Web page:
Japan and Germany lag on coal switch-off


US leads on the international phasing out of fossil fuels to stop climate change

Japan and Germany are lagging behind other countries with the international phasing out of coal power plants, a report published today has revealed.

Members of the G7 agreed earlier this year agreed to fully phase out the use of fossil fuels this century and to cut greenhouse gases by 40 to 70% by 2050. Existing emissions regulations mean many coal power stations are being switched off.

According to the report, published today by environmental think-tank EG3 at the UN's Bonn Climate Change talks, some 63GW of planned coal power plants has been cancelled across the G7 since 2010. A further 124GW of coal capacity has either already been retired or is set to come-off by 2020.

The US is reducing its use of coal the most, followed by France, the UK, Canada and Italy. However Japan is ranked last out of the group of countries, with over 27GW of additional coal power capacity planned.

Kimiko Hirata, international director from Japanese environmental NGO the Kiko Network, said: “Japan is the only G7 country that is planning a huge coal expansion, through the development of 48 new coal plants. Japan is clearly lagging behind the other G7 countries. It should stop arguing that so-called ‘clean coal’ is a solution.

“Everyone knows that the coal industry imperils the planet. Recognizing global momentum, Japan should shift away from its current path, not only for the sake of a climate-safe world, but also to avoid international isolation and to foster a green economy in Japan.”

Germany, in sixth place, is also struggling to act on clean coal, says the report, with a final set of new coal plants having entered operation since 2010. Government plans to reduce coal use were opposed by utilities, resulting in a change of policy. It entails payments to utilities to create a reserve of 2.7GW of lignite plants, which would then be retired by 2020. Internationally, Germany is also still backing unabated coal plants.

Sabrina Schulz, head of E3G Berlin, said: “The political debate on a phase out of coal has started in Germany. But the new proposed measures still require approval from the EU Commission and it is not clear whether they will go through.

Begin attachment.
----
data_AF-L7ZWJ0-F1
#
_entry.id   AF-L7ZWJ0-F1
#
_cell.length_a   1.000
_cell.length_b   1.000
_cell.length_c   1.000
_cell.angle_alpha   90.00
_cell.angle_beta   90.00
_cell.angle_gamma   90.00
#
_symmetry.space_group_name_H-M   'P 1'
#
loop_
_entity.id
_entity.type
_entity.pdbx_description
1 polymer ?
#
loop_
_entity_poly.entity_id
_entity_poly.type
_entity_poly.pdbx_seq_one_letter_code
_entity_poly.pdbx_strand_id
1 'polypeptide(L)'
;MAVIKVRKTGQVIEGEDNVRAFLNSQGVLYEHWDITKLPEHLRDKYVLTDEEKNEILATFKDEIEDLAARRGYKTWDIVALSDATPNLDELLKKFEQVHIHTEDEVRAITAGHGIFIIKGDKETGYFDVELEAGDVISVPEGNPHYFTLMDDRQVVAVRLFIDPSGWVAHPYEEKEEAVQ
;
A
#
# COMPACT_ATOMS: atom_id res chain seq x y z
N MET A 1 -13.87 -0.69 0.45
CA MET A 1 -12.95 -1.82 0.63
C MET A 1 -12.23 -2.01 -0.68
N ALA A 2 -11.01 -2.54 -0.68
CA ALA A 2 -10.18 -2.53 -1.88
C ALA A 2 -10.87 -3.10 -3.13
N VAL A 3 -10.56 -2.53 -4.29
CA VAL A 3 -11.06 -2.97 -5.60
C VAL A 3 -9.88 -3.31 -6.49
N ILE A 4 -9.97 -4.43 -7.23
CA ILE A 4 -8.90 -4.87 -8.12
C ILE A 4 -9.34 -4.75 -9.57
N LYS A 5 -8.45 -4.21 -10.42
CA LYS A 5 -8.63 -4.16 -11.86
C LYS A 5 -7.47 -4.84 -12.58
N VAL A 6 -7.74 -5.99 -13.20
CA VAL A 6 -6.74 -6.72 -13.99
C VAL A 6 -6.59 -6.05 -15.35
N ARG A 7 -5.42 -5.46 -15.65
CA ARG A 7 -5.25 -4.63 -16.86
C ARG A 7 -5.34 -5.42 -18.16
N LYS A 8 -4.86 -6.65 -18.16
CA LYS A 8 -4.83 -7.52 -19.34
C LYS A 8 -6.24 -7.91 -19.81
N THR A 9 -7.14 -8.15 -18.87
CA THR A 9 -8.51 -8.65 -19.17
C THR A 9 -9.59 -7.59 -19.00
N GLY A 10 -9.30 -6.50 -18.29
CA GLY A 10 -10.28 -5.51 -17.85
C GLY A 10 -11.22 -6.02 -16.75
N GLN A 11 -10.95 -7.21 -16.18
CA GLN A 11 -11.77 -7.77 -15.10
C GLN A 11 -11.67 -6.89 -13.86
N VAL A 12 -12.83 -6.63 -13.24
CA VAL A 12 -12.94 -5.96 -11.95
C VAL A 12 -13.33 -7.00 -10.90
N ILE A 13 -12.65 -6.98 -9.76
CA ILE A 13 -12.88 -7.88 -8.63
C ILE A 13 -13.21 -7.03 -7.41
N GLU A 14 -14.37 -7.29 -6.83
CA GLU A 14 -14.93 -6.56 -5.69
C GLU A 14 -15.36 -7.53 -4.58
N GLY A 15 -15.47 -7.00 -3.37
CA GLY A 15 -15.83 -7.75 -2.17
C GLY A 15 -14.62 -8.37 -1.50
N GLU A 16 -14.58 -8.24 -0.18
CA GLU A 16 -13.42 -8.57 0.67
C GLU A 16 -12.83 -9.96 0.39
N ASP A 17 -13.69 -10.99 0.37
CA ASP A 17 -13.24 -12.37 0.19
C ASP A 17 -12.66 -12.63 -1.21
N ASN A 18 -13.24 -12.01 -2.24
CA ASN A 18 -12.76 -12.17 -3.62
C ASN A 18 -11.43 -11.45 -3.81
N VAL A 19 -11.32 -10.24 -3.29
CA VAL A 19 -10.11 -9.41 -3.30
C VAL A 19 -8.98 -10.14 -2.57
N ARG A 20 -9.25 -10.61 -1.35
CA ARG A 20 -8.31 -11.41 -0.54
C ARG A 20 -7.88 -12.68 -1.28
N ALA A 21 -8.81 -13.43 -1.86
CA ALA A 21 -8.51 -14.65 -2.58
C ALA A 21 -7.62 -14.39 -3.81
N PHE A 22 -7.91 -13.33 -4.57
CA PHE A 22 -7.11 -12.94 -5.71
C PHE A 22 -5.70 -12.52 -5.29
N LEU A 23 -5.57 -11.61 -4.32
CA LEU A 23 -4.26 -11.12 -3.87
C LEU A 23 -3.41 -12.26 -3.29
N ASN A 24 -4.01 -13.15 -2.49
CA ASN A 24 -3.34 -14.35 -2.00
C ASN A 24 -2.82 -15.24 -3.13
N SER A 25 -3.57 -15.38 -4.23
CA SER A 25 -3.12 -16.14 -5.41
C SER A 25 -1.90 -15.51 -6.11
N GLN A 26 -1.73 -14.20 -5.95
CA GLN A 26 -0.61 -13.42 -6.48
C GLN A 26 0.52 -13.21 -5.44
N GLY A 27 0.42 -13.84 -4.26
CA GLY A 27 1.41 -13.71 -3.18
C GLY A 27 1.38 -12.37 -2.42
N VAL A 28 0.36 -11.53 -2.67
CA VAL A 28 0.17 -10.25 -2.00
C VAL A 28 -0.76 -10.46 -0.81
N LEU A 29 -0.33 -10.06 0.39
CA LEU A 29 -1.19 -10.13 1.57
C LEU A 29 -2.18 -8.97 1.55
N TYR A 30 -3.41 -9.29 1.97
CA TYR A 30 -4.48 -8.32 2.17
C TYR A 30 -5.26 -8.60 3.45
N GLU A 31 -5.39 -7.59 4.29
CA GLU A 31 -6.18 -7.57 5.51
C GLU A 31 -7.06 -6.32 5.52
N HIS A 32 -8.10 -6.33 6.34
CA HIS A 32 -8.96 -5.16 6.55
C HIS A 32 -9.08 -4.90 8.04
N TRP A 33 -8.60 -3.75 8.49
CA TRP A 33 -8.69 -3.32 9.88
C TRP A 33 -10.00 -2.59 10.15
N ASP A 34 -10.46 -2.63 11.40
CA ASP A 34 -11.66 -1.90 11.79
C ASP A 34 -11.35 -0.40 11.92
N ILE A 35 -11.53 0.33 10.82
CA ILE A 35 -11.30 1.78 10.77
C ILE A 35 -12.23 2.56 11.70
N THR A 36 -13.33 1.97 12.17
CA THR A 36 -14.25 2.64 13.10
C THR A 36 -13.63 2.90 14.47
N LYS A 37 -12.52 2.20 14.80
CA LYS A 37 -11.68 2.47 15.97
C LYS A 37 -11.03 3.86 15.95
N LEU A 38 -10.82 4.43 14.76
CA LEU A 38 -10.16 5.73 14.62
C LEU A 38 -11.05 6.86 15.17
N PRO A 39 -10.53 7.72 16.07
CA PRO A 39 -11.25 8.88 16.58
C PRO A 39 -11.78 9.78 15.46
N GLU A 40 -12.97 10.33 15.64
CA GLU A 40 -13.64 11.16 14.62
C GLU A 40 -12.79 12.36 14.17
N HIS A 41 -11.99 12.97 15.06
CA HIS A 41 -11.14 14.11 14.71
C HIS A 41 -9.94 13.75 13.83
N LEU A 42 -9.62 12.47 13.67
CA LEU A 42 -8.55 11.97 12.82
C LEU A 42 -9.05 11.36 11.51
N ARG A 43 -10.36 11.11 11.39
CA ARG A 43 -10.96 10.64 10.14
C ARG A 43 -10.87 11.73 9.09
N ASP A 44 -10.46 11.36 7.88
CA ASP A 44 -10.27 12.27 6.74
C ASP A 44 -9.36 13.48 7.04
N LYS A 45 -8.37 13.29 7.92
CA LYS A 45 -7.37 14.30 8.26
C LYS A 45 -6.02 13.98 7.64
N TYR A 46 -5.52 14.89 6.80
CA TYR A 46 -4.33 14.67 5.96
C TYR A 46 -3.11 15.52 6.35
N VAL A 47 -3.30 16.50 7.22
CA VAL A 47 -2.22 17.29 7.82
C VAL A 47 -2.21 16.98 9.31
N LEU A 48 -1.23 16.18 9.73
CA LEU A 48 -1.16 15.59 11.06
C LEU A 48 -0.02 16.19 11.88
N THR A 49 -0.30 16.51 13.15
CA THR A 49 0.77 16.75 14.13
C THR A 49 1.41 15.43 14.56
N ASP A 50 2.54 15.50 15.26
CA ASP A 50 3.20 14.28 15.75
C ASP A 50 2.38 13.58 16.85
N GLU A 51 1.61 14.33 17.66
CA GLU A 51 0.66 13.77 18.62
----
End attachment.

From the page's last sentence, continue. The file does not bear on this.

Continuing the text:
“Germany also lacks a clear plan for the period after 2020. Utilities and investors need certainty on this. The affected regions and workforce need time and support to adjust and Germany’s climate policy needs its credibility back.”

Although the USA is reducing its existing coal use, it has the largest installed capacity of coal power plants amongst the G7 countries – some 288GW of capacity – more than double the size of all the other G7 countries combined. Recent coal plant retirement announcements in the US amount to more than 84GW by 2020.

Chris Littlecott, programme leader at E3G, said: “Japan finds itself isolated in clinging to coal, while its G7 peers are all moving towards a phase out. There is a clear structural shift away from coal underway across the G7, with the dominant trend being the cancellation of proposed projects and the retirement of existing coal power plants.

“The UK, Canada and Italy all have a great opportunity to accelerate the closure of existing coal capacity over the coming years. The UK’s ageing coal plants are ripe for retirement. Alberta is looking to phase out coal and follow in Ontario’s footsteps. In Italy, the utility Enel has recognised its coal plants will need to be offline before 2030. By working together, these G7 countries can drive political momentum for the broader transition away from coal.”


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